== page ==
Philo, a Jewish philosopher, lived from 20 BCE to 50 CE. He never mentioned the crucifixion. Why do we believe Josephus who mentioned Jesus long after he lived, but ignore Philo?
We have no idea of whether Philo ever mentioned the crucifixion or the three hours of darkness. I assume that we only have a very small fraction of all the things that Philo wrote. Let us imagine that someone took a collection of 40 or 50 texts or e-mails you wrote. Let us also imagine that you never mentioned President Obama in any of these texts or e-mails (a very high possibility if we choose only 40 or 50 at ramdom). Is this evidence that Obama was never president. Not at all. The lack of particular mention of a particular fact from a highly selective portion of what one person in the first century wrote is NOT evidence that that fact is true. Lack of evidence is not evidence of lack. This has always been true.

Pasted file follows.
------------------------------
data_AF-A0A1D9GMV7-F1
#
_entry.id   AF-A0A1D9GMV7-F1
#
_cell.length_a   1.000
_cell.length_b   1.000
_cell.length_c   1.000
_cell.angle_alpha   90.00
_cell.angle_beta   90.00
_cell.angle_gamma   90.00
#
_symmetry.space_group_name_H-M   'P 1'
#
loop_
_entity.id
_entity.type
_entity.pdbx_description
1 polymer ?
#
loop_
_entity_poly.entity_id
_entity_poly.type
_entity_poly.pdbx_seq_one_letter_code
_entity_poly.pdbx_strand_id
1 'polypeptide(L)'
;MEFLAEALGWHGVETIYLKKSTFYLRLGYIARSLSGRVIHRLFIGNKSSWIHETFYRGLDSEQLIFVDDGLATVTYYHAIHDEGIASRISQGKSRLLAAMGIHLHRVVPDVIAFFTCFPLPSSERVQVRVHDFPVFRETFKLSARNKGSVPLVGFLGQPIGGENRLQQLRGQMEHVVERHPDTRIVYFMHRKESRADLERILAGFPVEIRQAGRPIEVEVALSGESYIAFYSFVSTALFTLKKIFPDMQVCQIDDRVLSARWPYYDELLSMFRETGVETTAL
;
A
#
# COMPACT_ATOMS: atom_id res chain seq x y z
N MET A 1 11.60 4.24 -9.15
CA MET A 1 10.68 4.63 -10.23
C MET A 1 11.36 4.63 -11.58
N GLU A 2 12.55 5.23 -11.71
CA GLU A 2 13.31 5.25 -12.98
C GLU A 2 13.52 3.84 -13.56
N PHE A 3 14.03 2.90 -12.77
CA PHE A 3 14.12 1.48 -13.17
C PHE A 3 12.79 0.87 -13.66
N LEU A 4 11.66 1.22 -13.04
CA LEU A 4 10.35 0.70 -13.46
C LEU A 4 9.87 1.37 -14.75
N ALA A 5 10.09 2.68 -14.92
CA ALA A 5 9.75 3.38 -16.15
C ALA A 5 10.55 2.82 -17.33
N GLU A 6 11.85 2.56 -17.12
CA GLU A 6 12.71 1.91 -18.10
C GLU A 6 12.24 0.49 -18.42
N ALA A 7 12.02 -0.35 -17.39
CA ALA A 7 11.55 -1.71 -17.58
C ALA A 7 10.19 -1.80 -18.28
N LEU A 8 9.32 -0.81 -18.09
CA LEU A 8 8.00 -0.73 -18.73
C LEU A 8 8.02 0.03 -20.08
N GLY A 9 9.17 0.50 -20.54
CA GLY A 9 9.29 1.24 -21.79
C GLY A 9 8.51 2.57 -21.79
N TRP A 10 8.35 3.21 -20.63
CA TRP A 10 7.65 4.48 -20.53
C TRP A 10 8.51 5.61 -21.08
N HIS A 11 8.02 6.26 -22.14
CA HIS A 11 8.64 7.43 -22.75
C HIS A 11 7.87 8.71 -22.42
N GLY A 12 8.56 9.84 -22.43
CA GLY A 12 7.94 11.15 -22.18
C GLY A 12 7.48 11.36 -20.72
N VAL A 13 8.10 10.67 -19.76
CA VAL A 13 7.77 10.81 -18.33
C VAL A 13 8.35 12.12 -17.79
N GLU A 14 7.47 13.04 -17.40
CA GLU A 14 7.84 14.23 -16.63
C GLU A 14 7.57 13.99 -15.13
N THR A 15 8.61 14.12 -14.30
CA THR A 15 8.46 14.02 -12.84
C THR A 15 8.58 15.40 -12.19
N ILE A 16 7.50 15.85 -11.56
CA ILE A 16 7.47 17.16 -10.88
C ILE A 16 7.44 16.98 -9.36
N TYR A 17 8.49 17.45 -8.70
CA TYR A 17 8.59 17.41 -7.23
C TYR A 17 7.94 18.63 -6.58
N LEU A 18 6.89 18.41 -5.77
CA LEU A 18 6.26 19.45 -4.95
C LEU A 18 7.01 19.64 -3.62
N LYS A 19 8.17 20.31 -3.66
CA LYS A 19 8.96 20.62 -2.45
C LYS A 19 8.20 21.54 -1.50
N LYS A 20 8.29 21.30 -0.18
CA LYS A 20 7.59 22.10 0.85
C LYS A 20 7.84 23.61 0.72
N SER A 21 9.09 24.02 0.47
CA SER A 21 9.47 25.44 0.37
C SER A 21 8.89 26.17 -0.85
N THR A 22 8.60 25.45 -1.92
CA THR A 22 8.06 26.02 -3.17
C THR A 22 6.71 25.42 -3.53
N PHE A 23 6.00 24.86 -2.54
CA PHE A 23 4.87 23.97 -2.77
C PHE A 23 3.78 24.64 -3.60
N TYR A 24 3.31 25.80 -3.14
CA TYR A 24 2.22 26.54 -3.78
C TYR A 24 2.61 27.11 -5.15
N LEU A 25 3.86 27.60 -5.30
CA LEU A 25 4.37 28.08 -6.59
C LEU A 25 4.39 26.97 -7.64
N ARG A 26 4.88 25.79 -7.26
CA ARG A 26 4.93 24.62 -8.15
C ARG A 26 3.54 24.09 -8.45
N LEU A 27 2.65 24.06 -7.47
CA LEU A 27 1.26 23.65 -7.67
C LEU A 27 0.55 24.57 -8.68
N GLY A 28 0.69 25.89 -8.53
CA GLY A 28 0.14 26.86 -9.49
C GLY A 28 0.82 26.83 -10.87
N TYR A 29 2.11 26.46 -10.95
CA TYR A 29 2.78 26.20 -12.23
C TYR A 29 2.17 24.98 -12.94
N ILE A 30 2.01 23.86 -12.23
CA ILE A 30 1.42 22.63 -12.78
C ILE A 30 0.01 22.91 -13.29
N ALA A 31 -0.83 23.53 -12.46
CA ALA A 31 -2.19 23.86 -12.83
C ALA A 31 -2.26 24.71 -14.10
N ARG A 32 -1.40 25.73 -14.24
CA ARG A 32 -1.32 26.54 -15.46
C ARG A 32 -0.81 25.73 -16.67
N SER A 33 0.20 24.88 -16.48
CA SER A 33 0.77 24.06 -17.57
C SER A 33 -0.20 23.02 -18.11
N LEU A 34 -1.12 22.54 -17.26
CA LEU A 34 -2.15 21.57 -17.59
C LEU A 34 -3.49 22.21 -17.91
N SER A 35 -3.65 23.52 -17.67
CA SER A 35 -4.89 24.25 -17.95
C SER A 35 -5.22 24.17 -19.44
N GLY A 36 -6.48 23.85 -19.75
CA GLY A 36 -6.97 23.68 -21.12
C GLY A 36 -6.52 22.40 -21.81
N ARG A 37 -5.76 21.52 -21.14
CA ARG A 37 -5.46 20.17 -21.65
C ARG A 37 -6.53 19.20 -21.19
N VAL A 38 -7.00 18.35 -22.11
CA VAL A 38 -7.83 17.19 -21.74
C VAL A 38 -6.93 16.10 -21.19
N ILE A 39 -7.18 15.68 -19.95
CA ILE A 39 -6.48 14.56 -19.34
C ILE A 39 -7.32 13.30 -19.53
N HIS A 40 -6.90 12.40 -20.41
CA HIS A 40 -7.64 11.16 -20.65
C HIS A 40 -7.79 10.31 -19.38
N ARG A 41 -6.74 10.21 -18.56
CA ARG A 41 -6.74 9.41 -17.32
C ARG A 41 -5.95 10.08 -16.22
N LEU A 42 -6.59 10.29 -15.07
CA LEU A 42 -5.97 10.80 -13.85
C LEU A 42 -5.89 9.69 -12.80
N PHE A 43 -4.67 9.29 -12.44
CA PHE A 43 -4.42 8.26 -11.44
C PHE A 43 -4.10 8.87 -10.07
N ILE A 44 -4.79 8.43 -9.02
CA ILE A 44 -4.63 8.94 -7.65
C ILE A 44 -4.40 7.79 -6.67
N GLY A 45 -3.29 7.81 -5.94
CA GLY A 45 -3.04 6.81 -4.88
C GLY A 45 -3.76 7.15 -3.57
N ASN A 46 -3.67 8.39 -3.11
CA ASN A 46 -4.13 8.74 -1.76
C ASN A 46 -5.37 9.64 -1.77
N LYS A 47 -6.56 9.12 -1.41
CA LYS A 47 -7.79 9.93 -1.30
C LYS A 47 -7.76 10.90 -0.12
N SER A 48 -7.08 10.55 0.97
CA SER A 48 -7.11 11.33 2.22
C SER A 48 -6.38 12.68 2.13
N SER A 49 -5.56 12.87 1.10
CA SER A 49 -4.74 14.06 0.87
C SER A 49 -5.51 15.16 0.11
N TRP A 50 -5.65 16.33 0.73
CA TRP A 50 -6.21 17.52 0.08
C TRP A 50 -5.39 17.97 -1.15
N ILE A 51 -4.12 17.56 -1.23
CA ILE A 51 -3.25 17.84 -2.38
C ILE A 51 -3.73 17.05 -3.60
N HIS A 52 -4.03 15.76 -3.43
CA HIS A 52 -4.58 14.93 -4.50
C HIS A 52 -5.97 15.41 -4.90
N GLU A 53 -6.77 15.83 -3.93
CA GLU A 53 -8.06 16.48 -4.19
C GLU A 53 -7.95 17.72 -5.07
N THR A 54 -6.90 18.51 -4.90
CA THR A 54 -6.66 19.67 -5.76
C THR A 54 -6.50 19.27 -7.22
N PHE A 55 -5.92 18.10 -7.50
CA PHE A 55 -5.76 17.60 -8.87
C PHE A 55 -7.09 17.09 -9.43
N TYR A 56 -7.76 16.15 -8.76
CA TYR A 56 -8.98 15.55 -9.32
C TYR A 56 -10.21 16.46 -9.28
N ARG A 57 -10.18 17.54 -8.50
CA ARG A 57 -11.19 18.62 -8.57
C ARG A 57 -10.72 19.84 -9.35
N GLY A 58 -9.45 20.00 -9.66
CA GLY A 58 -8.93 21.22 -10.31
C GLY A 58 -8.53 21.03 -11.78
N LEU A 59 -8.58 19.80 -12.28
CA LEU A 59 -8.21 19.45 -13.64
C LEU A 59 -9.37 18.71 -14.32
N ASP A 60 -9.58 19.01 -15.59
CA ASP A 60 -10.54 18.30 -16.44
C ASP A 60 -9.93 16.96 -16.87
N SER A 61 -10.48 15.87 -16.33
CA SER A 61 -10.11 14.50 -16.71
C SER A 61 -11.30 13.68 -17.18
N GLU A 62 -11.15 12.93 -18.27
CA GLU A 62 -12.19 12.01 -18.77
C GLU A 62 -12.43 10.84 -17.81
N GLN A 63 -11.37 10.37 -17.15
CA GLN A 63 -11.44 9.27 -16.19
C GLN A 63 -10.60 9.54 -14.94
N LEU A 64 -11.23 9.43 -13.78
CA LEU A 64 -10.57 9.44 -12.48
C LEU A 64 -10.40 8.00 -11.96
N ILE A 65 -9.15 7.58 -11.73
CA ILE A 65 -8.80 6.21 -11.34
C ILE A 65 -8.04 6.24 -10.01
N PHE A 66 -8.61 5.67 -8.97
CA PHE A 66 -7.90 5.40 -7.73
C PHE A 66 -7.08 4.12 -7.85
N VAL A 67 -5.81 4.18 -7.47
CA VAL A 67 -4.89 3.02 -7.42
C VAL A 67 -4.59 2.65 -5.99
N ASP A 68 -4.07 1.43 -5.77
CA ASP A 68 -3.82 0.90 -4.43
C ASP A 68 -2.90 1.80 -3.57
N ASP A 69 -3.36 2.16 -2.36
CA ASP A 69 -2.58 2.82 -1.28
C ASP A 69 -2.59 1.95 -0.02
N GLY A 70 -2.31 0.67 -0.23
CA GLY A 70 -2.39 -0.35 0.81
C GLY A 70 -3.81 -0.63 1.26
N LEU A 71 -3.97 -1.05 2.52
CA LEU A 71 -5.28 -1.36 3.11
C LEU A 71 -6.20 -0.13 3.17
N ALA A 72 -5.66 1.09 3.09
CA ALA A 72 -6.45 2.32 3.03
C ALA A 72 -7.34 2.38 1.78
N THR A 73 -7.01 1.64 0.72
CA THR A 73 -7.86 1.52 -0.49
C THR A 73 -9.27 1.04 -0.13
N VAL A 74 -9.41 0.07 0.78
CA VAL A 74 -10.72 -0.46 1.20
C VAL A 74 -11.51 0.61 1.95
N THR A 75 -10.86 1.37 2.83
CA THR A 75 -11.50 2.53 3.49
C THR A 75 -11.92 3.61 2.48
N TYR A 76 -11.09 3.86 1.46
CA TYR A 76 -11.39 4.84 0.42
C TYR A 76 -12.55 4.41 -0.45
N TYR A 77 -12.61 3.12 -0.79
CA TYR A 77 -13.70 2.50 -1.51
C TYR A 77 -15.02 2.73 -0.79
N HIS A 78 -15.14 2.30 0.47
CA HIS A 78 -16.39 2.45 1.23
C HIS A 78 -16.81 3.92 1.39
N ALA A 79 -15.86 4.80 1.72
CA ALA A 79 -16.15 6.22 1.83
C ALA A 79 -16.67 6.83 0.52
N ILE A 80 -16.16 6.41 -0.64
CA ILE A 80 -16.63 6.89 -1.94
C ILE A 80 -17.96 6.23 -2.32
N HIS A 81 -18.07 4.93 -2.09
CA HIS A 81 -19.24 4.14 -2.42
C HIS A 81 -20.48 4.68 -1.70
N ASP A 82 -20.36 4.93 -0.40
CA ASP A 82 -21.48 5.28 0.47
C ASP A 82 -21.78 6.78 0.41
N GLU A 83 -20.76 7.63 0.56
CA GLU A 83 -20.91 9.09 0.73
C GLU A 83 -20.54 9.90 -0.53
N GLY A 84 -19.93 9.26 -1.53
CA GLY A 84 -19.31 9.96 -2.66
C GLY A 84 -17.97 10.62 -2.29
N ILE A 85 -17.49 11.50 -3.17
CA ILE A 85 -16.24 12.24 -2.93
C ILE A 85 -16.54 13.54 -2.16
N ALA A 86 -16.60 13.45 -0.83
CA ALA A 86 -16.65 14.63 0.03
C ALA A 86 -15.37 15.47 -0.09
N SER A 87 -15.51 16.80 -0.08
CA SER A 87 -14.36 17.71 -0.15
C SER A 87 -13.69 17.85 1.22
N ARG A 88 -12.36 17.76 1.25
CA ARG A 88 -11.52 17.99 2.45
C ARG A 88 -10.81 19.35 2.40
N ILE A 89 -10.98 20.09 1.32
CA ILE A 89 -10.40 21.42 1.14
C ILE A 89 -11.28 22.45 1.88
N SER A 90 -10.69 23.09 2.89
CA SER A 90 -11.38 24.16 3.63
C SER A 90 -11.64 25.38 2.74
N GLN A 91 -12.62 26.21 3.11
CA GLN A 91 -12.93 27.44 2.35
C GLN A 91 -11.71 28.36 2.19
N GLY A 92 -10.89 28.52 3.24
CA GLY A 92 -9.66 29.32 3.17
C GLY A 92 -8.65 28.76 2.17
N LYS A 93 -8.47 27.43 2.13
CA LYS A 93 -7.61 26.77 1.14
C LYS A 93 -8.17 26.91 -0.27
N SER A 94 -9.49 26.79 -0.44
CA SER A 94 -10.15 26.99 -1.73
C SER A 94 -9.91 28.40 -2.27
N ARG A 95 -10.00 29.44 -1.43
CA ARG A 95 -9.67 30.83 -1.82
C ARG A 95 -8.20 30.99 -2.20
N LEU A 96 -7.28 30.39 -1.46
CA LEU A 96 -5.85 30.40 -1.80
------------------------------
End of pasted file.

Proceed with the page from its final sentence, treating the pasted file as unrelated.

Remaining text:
Again, I have no idea if Philo ever mentioned the miracles of Jesus or his crucifixion.
Put it the other way. Let us say that in the 40-50 texts or e-mails you mentioned that Obama was president. Would this be evidence that Obama was president? Absolutely!!! This is why the mention of Josephus and Tacitus is evidence for Jesus while the lack of mention by Philo is not evidence against his crucifixion–especially because we really have no idea whether he actually mentioned Jesus and his crucifixion, given that we have only a small portion of all he wrote or said.
By the way, you say that Josephus and Tacitus lived long after Jesus. This is simply not true. Josephus was born about AD 37 and wrote about Jesus during the first century. Tacitus was a contemporary of Josephus. Both lived at a time when most of the eye-witnesses of Jesus’ life were still alive. This is definitely NOT a long time after Jesus.